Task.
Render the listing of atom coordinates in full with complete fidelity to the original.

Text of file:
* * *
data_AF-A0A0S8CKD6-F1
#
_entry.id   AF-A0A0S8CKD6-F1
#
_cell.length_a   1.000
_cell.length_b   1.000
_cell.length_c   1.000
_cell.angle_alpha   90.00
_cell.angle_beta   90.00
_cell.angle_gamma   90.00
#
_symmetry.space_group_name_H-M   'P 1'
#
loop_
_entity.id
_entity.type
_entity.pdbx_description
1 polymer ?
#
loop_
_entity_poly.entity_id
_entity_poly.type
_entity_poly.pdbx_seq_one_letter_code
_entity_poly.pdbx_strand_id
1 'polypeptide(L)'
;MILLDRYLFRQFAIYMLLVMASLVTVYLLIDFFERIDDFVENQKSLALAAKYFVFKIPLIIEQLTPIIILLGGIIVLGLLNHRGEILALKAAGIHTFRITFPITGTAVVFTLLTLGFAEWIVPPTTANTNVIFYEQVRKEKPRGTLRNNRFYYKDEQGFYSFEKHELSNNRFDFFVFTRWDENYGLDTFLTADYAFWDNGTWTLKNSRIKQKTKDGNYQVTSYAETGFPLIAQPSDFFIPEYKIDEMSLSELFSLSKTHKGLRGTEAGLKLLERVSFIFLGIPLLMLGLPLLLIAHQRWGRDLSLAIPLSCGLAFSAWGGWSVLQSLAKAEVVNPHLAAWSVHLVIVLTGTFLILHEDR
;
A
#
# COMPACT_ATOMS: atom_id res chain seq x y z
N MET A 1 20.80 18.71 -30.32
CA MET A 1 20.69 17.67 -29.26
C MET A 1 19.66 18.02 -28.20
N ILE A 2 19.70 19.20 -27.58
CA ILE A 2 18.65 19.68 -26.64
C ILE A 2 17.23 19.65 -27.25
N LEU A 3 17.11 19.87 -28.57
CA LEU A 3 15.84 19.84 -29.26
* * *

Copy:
data_AF-A0A0S8CKD6-F1
#
_entry.id   AF-A0A0S8CKD6-F1
#
_cell.length_a   1.000
_cell.length_b   1.000
_cell.length_c   1.000
_cell.angle_alpha   90.00
_cell.angle_beta   90.00
_cell.angle_gamma   90.00
#
_symmetry.space_group_name_H-M   'P 1'
#
loop_
_entity.id
_entity.type
_entity.pdbx_description
1 polymer ?
#
loop_
_entity_poly.entity_id
_entity_poly.type
_entity_poly.pdbx_seq_one_letter_code
_entity_poly.pdbx_strand_id
1 'polypeptide(L)'
;MILLDRYLFRQFAIYMLLVMASLVTVYLLIDFFERIDDFVENQKSLALAAKYFVFKIPLIIEQLTPIIILLGGIIVLGLLNHRGEILALKAAGIHTFRITFPITGTAVVFTLLTLGFAEWIVPPTTANTNVIFYEQVRKEKPRGTLRNNRFYYKDEQGFYSFEKHELSNNRFDFFVFTRWDENYGLDTFLTADYAFWDNGTWTLKNSRIKQKTKDGNYQVTSYAETGFPLIAQPSDFFIPEYKIDEMSLSELFSLSKTHKGLRGTEAGLKLLERVSFIFLGIPLLMLGLPLLLIAHQRWGRDLSLAIPLSCGLAFSAWGGWSVLQSLAKAEVVNPHLAAWSVHLVIVLTGTFLILHEDR
;
A
#
# COMPACT_ATOMS: atom_id res chain seq x y z
N MET A 1 20.80 18.71 -30.32
CA MET A 1 20.69 17.67 -29.26
C MET A 1 19.66 18.02 -28.20
N ILE A 2 19.70 19.20 -27.58
CA ILE A 2 18.65 19.68 -26.64
C ILE A 2 17.23 19.65 -27.25
N LEU A 3 17.11 19.87 -28.57
CA LEU A 3 15.84 19.84 -29.26